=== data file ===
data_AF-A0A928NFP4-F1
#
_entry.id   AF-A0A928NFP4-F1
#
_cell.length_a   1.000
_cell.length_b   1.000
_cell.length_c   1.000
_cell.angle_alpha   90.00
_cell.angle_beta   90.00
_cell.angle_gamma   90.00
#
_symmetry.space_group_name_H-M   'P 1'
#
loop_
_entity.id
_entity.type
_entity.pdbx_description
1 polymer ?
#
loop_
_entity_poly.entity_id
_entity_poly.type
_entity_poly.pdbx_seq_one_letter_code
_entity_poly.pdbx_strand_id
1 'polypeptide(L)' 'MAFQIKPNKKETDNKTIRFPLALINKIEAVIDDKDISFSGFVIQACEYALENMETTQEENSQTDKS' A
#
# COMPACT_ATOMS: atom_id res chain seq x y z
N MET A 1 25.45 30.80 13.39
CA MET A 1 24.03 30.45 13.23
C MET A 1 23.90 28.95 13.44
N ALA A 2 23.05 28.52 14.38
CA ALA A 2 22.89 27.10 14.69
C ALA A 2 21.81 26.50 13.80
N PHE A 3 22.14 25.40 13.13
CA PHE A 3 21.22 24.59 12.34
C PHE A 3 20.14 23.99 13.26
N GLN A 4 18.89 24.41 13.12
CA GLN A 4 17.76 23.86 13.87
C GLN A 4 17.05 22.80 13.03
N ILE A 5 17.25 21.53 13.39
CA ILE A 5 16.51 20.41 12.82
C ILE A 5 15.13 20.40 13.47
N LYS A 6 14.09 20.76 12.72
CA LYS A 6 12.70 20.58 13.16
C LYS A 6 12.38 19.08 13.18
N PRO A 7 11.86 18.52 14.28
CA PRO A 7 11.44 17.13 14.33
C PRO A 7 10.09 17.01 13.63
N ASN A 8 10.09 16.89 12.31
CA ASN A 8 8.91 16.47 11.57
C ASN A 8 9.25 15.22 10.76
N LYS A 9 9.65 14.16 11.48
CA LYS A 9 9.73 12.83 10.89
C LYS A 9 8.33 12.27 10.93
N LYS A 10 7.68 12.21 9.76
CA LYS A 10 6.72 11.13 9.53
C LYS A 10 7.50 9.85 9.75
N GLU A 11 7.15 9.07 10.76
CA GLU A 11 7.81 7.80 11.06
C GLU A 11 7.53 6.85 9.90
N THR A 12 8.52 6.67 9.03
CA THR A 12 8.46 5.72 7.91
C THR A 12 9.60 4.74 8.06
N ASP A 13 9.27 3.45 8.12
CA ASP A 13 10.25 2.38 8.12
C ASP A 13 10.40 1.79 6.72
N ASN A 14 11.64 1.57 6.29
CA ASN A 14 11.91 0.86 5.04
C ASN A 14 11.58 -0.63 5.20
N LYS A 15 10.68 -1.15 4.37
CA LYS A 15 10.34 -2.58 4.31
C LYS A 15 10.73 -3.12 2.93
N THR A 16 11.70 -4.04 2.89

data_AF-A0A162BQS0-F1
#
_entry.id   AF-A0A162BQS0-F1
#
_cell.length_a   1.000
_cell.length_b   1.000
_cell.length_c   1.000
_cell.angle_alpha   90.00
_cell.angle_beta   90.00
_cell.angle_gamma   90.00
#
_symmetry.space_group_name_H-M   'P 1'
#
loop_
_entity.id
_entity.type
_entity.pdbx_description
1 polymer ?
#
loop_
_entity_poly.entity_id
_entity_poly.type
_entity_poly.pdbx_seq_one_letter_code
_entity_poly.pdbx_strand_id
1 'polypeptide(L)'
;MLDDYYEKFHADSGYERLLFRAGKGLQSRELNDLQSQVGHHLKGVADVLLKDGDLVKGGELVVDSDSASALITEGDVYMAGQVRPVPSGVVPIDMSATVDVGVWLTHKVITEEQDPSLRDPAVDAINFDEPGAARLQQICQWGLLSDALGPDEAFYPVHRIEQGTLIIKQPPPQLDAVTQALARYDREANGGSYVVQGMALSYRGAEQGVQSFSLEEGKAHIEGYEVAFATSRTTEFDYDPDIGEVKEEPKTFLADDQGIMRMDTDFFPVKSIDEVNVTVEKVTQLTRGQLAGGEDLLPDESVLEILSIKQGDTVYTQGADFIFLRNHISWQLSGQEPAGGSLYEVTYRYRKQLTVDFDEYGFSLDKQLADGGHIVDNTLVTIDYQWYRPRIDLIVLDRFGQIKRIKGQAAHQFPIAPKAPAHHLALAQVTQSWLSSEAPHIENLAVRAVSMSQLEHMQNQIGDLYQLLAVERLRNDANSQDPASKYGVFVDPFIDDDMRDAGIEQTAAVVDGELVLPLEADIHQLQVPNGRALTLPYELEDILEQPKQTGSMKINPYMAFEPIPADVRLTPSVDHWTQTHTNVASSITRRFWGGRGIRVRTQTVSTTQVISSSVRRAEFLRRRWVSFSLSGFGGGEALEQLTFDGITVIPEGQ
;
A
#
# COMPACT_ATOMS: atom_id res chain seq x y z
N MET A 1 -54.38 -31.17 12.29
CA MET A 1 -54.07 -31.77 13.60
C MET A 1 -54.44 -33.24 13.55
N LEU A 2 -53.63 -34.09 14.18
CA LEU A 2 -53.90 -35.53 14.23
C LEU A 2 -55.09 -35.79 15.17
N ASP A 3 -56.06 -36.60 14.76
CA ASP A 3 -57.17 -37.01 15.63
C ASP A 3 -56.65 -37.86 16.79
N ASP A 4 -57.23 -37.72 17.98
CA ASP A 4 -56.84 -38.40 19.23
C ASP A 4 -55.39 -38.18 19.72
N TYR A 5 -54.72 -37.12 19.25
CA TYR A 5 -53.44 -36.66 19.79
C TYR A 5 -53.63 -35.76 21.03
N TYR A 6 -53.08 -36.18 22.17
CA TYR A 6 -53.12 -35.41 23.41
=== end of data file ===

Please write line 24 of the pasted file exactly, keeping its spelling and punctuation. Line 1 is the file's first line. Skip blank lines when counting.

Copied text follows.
_entity_poly.pdbx_strand_id